U.S. Will Revive Global Virus-Hunting Effort Ended Last Year

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In the early days of the pandemic, Predict became a target of some administration officials because of a grant to the EcoHealth Alliance, a New York-based consultancy employing field veterinarians and wildlife biologists. The alliance had used the grant money to train Chinese scientists at the Wuhan Institute of Virology to catch bats, take fecal and blood samples, and analyze them for viruses.

By then, the Wuhan institute had become the target of rumors that said it had accidentally released the lethal new coronavirus into the world. Those rumors were repeated by national security officials without evidence, and were central to the administration’s efforts to divert blame to China, rather than to Mr. Trump, for the deaths of tens of thousands of Americans from the virus.

(The rumors arose in part because one of the institute’s thousands of stored bat samples contained a virus that was a 96 percent match for SARS-CoV-2. But because coronaviruses mutate slowly, that figure does not describe a close relative. Most evolutionary biologists interpreted the finding to suggest that the two viruses evolved from a common ancestor 40 years ago.)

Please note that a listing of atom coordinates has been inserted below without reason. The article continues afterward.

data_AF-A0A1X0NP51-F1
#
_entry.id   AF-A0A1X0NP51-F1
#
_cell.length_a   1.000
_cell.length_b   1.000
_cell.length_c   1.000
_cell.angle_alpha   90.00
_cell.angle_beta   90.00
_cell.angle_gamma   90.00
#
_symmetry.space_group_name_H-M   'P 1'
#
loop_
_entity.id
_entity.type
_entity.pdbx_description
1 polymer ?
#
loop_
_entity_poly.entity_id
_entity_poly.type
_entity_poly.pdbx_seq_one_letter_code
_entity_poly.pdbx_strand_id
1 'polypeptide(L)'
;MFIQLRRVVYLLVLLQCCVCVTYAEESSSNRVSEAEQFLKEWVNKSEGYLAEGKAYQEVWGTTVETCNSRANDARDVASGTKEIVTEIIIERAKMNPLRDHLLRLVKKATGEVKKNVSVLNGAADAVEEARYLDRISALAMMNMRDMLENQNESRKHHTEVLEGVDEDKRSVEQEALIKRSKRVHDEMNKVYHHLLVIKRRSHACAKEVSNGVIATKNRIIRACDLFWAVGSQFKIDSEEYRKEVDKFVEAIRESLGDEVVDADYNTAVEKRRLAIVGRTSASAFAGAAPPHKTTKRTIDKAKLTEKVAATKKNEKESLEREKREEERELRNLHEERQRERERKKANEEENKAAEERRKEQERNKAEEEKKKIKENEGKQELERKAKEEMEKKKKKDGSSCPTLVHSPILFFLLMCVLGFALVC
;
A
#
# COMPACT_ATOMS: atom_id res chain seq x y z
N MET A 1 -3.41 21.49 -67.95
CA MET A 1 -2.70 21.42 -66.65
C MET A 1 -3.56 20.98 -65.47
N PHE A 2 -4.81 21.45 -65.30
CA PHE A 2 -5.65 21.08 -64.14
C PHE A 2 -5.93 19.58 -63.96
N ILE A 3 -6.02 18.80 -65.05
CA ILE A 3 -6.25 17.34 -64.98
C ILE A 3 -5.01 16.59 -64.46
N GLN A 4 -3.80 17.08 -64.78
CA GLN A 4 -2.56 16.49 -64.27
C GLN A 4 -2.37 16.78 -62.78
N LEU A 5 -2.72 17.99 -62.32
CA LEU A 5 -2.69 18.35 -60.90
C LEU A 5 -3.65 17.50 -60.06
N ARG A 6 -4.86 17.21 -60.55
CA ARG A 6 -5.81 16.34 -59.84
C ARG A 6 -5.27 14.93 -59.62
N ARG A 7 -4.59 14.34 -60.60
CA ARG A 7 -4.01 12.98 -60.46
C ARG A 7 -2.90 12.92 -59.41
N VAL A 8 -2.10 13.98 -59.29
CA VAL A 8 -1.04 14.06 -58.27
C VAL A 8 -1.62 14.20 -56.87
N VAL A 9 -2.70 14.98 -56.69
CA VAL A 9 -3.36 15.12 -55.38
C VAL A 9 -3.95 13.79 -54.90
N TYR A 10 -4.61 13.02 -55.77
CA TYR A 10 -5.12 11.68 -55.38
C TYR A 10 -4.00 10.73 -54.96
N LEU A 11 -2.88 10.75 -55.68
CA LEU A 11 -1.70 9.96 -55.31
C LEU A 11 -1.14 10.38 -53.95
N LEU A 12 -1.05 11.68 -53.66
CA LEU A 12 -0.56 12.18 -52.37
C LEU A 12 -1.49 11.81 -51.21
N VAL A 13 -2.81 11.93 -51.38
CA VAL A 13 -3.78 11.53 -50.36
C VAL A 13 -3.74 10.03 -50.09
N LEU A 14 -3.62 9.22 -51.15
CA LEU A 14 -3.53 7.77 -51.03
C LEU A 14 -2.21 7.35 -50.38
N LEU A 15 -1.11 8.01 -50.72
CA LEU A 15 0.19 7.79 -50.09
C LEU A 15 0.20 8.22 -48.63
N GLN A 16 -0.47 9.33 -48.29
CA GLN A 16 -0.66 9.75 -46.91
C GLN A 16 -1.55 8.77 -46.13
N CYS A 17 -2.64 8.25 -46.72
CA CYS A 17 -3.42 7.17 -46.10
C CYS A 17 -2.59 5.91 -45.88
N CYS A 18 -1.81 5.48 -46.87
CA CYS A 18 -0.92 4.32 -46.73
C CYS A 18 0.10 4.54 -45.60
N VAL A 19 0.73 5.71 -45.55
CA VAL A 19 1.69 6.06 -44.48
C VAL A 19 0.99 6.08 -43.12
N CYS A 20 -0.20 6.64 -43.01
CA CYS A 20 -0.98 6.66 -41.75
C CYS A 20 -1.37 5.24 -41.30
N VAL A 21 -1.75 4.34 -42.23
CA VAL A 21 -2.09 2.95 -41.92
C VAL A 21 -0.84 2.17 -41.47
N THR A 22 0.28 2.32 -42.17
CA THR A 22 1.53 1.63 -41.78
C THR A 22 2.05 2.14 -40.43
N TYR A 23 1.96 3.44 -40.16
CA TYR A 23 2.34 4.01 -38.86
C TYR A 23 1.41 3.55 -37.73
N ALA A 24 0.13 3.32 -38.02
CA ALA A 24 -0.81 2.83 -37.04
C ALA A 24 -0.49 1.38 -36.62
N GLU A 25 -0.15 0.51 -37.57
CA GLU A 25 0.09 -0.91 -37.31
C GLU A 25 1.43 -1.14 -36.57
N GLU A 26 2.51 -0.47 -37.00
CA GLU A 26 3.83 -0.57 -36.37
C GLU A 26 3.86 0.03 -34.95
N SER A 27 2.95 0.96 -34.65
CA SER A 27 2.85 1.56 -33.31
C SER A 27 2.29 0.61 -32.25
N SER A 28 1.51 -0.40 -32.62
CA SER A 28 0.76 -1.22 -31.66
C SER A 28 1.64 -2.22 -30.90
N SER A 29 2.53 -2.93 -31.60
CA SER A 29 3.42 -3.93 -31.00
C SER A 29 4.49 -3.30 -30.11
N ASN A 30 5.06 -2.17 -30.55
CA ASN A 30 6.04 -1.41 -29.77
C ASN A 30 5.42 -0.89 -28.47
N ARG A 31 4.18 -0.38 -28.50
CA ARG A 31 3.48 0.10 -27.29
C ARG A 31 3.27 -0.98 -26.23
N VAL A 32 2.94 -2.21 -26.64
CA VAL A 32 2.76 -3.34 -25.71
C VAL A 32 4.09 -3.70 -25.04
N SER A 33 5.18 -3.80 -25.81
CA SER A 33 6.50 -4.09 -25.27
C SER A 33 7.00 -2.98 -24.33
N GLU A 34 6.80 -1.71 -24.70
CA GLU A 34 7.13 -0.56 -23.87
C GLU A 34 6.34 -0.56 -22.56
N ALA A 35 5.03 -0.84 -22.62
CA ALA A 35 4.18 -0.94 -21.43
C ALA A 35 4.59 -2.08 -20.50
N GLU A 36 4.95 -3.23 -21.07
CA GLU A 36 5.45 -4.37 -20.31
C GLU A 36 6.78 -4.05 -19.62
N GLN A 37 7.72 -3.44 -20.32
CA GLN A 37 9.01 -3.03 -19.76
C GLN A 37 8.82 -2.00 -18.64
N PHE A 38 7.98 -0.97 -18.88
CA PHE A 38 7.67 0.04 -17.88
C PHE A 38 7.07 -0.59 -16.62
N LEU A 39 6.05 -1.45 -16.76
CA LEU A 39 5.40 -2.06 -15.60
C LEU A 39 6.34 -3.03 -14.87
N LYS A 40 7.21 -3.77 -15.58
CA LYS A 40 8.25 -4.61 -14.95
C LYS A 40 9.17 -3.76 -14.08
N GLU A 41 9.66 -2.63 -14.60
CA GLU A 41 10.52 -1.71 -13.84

During its 10-year existence, Predict spent $207 million to train about 5,000 scientists in 30 African and Asian countries, and to build or strengthen 60 laboratories to seek out animal viruses that could endanger humans. Scientists working for Predict collected over 140,000 biological samples and found over 1,000 new viruses, including a new strain of Ebola.

Even after Predict ended, gene-sequencing teams that it trained in Thailand and Nepal were the first to detect Covid-19 in their countries, even before they got test kits from the World Health Organization, said Dr. Jonna Mazet, a veterinarian at the University of California, Davis, who was Predict’s global director.

Both countries rapidly contained the spread of the virus and have kept deaths from it very low, despite having cases early.

Now Predict’s five major grantees have formed a new consortium to apply for the $100 million Stop Spillover grant from USAID. The group includes the One Health Institute at U.C. Davis; the EcoHealth Alliance; the Wildlife Conservation Society, which runs the Bronx Zoo; the Smithsonian Institution, which manages the National Zoo in Washington; and the Center for Infection and Immunity at Columbia University in New York.

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